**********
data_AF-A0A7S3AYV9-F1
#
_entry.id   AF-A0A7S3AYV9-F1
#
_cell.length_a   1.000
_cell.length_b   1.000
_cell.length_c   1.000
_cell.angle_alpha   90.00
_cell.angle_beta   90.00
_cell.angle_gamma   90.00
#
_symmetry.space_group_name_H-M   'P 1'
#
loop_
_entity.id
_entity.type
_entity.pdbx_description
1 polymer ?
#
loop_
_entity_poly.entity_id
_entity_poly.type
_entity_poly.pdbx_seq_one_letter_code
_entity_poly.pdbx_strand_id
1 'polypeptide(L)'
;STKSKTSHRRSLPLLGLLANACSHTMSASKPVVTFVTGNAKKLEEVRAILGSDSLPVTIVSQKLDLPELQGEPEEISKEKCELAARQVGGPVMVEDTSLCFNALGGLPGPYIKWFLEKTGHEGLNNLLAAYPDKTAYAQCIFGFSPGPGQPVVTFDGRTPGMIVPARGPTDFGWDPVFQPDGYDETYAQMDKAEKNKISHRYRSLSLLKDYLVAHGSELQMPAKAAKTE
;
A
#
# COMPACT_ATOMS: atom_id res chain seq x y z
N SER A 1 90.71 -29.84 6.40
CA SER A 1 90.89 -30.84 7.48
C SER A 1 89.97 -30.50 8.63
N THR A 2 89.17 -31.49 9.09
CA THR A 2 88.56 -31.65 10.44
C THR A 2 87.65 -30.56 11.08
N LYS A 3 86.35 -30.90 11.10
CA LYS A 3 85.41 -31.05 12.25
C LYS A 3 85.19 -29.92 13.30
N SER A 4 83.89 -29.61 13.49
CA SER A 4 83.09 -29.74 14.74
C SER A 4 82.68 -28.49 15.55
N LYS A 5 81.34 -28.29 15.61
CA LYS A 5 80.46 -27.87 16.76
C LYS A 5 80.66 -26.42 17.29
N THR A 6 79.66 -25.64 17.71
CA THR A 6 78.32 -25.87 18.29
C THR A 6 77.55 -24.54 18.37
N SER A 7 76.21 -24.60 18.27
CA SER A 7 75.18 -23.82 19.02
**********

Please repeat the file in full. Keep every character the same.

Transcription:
data_AF-A0A7S3AYV9-F1
#
_entry.id   AF-A0A7S3AYV9-F1
#
_cell.length_a   1.000
_cell.length_b   1.000
_cell.length_c   1.000
_cell.angle_alpha   90.00
_cell.angle_beta   90.00
_cell.angle_gamma   90.00
#
_symmetry.space_group_name_H-M   'P 1'
#
loop_
_entity.id
_entity.type
_entity.pdbx_description
1 polymer ?
#
loop_
_entity_poly.entity_id
_entity_poly.type
_entity_poly.pdbx_seq_one_letter_code
_entity_poly.pdbx_strand_id
1 'polypeptide(L)'
;STKSKTSHRRSLPLLGLLANACSHTMSASKPVVTFVTGNAKKLEEVRAILGSDSLPVTIVSQKLDLPELQGEPEEISKEKCELAARQVGGPVMVEDTSLCFNALGGLPGPYIKWFLEKTGHEGLNNLLAAYPDKTAYAQCIFGFSPGPGQPVVTFDGRTPGMIVPARGPTDFGWDPVFQPDGYDETYAQMDKAEKNKISHRYRSLSLLKDYLVAHGSELQMPAKAAKTE
;
A
#
# COMPACT_ATOMS: atom_id res chain seq x y z
N SER A 1 90.71 -29.84 6.40
CA SER A 1 90.89 -30.84 7.48
C SER A 1 89.97 -30.50 8.63
N THR A 2 89.17 -31.49 9.09
CA THR A 2 88.56 -31.65 10.44
C THR A 2 87.65 -30.56 11.08
N LYS A 3 86.35 -30.90 11.10
CA LYS A 3 85.41 -31.05 12.25
C LYS A 3 85.19 -29.92 13.30
N SER A 4 83.89 -29.61 13.49
CA SER A 4 83.09 -29.74 14.74
C SER A 4 82.68 -28.49 15.55
N LYS A 5 81.34 -28.29 15.61
CA LYS A 5 80.46 -27.87 16.76
C LYS A 5 80.66 -26.42 17.29
N THR A 6 79.66 -25.64 17.71
CA THR A 6 78.32 -25.87 18.29
C THR A 6 77.55 -24.54 18.37
N SER A 7 76.21 -24.60 18.27
CA SER A 7 75.18 -23.82 19.02